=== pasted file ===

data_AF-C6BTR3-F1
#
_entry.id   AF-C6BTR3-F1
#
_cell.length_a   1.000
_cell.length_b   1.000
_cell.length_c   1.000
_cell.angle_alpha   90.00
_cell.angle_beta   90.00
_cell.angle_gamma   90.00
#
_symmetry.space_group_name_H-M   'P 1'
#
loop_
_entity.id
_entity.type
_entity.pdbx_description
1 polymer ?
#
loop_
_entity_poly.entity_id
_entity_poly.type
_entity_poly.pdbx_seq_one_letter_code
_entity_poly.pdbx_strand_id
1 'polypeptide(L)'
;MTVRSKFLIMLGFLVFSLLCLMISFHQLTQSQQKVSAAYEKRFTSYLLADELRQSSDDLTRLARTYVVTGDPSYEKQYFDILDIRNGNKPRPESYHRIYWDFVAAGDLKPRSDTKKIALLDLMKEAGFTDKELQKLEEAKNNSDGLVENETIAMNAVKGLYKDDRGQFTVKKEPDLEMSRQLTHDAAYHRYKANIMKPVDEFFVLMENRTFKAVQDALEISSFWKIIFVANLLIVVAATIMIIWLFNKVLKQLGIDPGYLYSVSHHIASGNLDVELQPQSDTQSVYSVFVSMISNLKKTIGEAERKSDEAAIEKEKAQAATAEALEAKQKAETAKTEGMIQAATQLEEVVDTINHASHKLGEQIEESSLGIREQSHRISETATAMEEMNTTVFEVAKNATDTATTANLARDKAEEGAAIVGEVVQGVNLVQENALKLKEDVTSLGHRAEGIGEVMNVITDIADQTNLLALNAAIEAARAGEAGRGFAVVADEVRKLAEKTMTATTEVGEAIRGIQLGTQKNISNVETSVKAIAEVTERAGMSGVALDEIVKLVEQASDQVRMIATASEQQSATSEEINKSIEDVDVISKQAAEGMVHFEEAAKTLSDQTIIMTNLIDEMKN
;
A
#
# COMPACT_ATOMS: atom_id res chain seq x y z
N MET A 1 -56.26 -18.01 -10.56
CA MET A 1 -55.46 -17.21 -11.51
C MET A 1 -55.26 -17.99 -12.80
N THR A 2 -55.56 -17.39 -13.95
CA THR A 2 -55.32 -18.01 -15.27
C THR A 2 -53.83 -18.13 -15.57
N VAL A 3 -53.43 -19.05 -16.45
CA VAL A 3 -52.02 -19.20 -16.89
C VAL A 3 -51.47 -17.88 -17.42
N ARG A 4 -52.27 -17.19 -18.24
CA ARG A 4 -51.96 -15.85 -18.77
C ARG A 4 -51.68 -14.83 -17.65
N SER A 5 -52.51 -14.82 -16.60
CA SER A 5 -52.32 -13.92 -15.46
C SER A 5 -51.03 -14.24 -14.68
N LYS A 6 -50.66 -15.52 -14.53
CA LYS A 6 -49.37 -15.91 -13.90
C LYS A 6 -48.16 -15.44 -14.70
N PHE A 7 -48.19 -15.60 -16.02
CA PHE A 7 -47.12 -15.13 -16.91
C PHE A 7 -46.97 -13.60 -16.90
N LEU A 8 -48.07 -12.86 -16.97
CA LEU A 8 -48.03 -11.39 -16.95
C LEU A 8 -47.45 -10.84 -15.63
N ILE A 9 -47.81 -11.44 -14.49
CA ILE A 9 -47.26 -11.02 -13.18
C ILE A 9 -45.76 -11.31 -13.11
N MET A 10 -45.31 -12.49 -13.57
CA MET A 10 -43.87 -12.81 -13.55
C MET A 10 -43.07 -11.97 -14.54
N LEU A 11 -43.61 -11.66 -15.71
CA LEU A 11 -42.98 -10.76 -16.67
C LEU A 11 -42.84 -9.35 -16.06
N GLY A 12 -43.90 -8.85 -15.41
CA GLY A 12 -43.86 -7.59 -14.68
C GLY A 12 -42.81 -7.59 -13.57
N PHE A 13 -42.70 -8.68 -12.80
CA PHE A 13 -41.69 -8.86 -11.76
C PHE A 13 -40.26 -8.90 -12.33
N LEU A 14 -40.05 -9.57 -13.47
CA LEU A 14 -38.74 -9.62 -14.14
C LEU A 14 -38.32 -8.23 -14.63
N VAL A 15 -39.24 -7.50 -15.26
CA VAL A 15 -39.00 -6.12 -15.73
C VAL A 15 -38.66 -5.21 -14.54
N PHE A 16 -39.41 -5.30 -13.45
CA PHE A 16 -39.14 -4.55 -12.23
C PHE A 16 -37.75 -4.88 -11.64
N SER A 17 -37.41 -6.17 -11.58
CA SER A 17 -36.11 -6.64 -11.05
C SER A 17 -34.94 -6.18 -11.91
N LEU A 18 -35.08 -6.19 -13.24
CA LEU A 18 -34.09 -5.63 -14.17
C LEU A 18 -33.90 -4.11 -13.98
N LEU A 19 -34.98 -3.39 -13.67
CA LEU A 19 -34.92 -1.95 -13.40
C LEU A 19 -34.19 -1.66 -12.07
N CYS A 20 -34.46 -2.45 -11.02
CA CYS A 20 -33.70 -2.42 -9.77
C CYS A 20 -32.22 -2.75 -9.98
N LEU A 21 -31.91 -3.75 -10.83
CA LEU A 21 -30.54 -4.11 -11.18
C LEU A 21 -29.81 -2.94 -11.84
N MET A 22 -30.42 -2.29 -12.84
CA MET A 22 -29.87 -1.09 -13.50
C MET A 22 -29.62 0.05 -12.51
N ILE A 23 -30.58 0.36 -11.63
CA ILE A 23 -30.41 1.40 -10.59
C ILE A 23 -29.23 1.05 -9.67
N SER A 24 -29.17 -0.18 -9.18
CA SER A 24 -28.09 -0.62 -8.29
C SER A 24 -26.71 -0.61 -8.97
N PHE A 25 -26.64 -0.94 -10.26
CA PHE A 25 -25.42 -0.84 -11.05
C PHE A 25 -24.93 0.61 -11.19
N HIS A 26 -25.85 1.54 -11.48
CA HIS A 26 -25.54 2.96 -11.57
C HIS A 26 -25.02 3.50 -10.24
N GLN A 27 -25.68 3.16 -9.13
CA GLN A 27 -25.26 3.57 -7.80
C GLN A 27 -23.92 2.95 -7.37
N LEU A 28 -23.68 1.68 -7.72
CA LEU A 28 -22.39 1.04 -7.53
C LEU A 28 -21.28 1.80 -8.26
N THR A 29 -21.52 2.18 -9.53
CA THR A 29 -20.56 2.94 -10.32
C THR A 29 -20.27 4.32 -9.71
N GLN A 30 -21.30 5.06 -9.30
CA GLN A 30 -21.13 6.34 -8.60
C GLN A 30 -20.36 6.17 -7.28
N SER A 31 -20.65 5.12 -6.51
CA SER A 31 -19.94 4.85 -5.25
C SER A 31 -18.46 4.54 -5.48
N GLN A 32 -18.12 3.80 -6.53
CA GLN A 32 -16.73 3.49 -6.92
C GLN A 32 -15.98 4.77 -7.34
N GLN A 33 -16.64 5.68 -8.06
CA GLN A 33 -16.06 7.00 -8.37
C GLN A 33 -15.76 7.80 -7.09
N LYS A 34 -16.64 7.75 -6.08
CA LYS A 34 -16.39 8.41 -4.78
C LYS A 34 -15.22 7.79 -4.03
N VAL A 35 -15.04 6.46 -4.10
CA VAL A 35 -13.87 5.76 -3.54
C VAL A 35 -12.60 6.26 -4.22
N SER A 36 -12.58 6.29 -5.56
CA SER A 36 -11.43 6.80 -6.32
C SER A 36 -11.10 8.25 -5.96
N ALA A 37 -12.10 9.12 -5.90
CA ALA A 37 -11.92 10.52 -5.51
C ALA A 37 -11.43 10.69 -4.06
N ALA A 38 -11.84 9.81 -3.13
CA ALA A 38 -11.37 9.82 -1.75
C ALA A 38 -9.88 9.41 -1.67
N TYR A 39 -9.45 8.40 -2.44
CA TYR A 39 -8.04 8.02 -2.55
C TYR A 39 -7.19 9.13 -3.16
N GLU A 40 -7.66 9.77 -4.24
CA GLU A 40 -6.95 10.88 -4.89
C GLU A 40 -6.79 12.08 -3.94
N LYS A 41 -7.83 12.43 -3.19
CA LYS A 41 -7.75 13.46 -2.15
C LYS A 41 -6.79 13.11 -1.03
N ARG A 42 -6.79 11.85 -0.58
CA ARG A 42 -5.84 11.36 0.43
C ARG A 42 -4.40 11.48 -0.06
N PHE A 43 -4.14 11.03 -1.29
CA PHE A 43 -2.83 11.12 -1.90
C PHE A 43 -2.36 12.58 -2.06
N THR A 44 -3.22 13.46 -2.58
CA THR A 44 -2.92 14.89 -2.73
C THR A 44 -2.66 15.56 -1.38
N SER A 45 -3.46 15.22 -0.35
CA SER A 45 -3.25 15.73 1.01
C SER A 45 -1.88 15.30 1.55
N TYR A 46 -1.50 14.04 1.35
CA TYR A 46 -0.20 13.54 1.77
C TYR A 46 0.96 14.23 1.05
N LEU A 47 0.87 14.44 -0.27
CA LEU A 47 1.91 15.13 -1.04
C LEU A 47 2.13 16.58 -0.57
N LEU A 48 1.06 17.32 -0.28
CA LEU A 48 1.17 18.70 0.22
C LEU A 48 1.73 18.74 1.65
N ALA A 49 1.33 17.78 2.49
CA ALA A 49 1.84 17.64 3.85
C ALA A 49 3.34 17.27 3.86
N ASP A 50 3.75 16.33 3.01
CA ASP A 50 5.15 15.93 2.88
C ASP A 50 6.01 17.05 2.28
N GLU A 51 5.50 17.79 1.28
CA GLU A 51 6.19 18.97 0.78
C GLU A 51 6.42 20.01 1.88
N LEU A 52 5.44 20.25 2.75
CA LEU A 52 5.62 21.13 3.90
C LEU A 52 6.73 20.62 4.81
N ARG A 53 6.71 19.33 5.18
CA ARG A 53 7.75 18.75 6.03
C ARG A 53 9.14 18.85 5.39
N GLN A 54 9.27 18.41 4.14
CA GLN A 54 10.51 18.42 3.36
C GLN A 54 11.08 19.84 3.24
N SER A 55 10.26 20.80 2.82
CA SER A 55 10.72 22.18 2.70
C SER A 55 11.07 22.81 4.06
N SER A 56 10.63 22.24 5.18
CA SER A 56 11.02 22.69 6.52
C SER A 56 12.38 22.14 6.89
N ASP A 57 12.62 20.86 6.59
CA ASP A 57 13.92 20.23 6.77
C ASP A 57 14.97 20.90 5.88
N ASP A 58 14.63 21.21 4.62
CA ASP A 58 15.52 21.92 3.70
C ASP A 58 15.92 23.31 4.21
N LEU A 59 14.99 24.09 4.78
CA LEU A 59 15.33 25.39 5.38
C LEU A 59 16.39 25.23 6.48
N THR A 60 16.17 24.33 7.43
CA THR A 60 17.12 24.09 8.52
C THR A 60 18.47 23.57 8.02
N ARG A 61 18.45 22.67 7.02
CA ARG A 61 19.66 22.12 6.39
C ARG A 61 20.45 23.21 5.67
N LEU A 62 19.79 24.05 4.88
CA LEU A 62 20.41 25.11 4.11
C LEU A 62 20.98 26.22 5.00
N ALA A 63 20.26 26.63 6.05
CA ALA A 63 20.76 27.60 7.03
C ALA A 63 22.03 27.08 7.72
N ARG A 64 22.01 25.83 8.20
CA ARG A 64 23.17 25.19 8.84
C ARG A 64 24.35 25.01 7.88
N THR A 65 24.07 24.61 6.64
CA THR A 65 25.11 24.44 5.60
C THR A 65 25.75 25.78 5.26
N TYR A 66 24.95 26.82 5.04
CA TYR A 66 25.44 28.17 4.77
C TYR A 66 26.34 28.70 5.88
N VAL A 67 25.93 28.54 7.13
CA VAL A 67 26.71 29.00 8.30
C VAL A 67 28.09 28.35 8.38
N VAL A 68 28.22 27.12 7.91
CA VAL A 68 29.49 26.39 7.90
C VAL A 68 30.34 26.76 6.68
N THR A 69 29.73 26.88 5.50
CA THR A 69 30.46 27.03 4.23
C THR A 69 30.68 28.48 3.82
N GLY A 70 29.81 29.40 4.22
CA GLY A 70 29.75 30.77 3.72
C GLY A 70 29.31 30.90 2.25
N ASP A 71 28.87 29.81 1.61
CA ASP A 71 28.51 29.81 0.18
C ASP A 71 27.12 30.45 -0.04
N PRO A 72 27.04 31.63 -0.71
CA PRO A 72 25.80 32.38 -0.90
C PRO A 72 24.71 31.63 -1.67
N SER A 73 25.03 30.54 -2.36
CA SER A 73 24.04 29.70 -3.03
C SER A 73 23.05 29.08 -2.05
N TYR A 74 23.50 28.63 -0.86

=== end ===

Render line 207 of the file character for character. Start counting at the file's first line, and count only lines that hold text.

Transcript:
C LEU A 59 16.39 25.23 6.48